Henry County Animal Care & Control
Wild Animals: Opossum
The Virginia opossum is the only member of the marsupial family found in Georgia. In fact, it is the only marsupial found north of Mexico. A “marsupial” is an animal with a pouch, the most well known being kangaroos and koalas. The opossum has been around for at least 70 million years and it is one of the earth's oldest surviving mammal species. Opossums are found in the eastern United States and southeastern Canada, south through Central America.
The opossum is about the size of a house cat with adults weighing between 4 and 5 pounds. They have long, dense and very soft fur that is are varying shades of gray and white. They have a sharp-pointed and slender muzzle, prominent thin ears, and short legs. A long scaly, prehensile tail helps stabilize the opossum when climbing. The tail also is helps the opossum balance as it can wrapping around things, but opossums cannot hang from their tails for long periods of time. They have five toes on each foot—the first toe on the hind feet is opposable, clawless, and thumb-like. These "thumbs" help the opossum grasp branches when it climbs. Both sexes are similar in appearance, although males are commonly larger in size.
When frightened, opossums bare their 50 sharp teeth and hiss or growl. However, they are non-aggressive and their hissing and growling is their only defense! They would rather avoid confrontation and be left alone. Being non-aggressive, opossums readily retreat to trees, brush piles, or other available cover when pursued by humans or predators. A common defense mechanism is falling over and pretending to be dead. This is the reason for the old southern saying "playing possum!"
The opossum is both a scavenger and an omnivore which feeds primarily at night. It uses its keen sense of smell to find food. The diet consists mainly of insects, worms, carrion (dead animals), reptiles, amphibians, birds and their eggs, crustaceans, berries, fruits, and small mammals.
Opossums are very adaptable and will live wherever food, water, and shelter exist. They inhabit woodland areas along streams, ponds, lakes, swamps, and marshes. Farmland is preferred over forested areas. Opossums also are commonly found living in residential areas, making their homes in backyards and under sheds and other outbuildings.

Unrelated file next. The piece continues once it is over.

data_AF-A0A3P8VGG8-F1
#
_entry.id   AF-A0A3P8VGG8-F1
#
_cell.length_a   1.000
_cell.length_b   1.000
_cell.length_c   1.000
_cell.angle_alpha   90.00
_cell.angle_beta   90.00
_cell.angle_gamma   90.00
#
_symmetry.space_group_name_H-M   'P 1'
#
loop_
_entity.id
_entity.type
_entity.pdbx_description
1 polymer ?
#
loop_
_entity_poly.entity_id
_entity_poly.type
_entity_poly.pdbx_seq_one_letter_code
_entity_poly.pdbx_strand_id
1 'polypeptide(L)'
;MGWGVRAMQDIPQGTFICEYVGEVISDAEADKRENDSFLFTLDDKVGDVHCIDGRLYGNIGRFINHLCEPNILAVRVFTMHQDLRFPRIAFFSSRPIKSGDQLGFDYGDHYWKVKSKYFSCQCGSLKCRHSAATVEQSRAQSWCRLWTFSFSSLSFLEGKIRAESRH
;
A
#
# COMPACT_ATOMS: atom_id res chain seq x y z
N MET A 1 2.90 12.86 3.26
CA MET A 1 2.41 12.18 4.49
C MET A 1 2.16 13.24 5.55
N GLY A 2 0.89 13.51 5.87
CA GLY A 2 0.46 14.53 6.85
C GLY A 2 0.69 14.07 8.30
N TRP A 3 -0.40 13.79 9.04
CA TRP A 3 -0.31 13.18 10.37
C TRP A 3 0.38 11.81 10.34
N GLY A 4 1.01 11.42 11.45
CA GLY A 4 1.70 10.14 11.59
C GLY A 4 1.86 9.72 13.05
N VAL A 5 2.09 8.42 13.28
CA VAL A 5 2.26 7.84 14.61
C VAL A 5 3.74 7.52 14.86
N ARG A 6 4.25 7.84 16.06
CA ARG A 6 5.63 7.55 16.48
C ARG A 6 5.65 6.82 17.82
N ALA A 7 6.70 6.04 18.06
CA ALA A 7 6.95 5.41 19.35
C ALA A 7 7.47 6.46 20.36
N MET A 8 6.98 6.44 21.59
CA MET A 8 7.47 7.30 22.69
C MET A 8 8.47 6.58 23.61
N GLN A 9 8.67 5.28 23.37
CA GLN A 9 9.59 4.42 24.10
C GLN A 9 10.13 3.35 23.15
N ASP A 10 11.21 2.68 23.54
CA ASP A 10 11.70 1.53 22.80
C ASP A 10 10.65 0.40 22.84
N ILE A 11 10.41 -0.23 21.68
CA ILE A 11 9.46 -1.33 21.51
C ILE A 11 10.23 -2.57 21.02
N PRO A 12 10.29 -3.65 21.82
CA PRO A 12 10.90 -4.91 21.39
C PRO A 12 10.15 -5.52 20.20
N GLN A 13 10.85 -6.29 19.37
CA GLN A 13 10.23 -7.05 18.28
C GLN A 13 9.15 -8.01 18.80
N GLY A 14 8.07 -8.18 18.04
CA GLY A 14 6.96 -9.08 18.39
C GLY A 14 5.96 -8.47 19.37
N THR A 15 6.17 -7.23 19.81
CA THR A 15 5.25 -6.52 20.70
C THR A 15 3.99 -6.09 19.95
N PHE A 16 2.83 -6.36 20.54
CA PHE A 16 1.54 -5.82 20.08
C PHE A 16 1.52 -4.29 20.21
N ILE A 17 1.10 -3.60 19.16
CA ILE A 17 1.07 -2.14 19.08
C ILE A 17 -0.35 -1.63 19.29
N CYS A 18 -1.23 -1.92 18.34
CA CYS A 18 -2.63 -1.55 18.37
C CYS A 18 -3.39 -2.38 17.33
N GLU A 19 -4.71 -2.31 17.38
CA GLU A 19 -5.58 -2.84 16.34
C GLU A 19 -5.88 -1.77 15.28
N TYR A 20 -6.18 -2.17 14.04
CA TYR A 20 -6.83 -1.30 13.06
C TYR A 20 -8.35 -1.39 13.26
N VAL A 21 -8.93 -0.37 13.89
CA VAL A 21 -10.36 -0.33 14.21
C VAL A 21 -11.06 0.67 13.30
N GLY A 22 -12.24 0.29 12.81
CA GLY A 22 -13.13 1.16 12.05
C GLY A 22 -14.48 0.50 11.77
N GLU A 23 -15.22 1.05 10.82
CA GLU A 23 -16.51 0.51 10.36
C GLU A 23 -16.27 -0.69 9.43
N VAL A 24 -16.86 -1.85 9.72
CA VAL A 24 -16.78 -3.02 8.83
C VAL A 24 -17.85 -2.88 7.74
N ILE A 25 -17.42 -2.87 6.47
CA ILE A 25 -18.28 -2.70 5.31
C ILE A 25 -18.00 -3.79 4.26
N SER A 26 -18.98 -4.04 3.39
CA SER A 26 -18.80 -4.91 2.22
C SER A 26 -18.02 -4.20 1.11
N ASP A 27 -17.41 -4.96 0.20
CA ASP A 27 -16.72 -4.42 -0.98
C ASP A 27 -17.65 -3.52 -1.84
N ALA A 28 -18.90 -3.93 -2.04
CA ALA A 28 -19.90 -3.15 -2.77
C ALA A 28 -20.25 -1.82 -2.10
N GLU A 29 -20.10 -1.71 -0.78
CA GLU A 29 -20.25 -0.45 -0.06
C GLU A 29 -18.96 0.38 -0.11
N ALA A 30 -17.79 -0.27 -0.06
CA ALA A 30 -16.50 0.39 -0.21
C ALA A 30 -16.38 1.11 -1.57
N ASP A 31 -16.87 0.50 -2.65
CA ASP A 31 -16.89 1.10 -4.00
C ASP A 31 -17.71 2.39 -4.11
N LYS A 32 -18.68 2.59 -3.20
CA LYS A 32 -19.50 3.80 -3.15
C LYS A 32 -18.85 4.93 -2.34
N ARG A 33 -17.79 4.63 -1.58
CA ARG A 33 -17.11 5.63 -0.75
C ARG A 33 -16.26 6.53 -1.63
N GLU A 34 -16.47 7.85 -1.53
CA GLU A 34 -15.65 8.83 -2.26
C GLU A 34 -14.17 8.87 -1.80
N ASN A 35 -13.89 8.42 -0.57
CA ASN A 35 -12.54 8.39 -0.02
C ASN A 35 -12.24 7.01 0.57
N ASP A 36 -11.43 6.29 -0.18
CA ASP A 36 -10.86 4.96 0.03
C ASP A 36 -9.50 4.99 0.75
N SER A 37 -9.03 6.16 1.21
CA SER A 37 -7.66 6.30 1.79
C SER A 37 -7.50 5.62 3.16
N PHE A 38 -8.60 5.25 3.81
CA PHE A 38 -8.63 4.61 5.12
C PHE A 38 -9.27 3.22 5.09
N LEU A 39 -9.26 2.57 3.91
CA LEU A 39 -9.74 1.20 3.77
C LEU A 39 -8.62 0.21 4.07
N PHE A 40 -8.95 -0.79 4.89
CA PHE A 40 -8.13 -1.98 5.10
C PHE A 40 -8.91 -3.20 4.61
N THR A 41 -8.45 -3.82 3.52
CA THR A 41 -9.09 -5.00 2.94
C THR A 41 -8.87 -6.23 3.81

Opossums are solitary animals. Occasionally females will live in small groups but males will fight when ever they are together. Females produce one to two litters each year. The average litter size is 9, and the young are very tiny (about the size of a navy bean) and blind when first born. They crawl a few inches to the female's pouch, attach themselves to a teat, and remain "locked" on to it for approximately 60 days. After 80 days, young opossums are weaned, leave the pouch, and often be seen riding around on the female's back. By 100 days of age, they are usually independent. The next litter is born about two weeks after the first litter is weaned.
On average, opossums can be expected to live about two years at best, with a large percentage dying before their first full year. Slow moving, opossums are easy targets for predators such as coyotes, dogs, bobcats, foxes, raccoons, and raptors. Human mortality causes include hunting, trapping, and being hit by vehicles.
Having an opossum in your yard shouldn't be a problem. They are non-aggressive and nondestructive animal - they won’t , dig up your yard or attack or threaten you or your pets. They may get into garbage or pet food that is left outside and will sometimes raid gardens to feed on vegetables, apples, and strawberries. However, they are more beneficial to humans than harmful because they feed on many types of insects, like crickets and beetles, as well as on mice and voles and, on occasion, even poisonous snakes. (Opossums are remarkably immune to snake venom!)
The best advice is to let opossums have their space and learn to live with them. However, if you really want to discourage them, there are a few measures you can take.
- Eliminate or secure food attractants. Bring pet food in at night. Keep tight fitting lids on garbage cans. Pick up fallen fruit from under fruit trees.
- Keep your yard well lit at night. Opossums prefer darkness and usually avoid well lit areas.
- Eliminate hiding places. Put fencing around hiding places under decks, sheds, and other structures. Hardware cloth can be attached to the bottom of decks. The fencing should be bent outward, extending approximately two feet, then buried a few inches below the ground.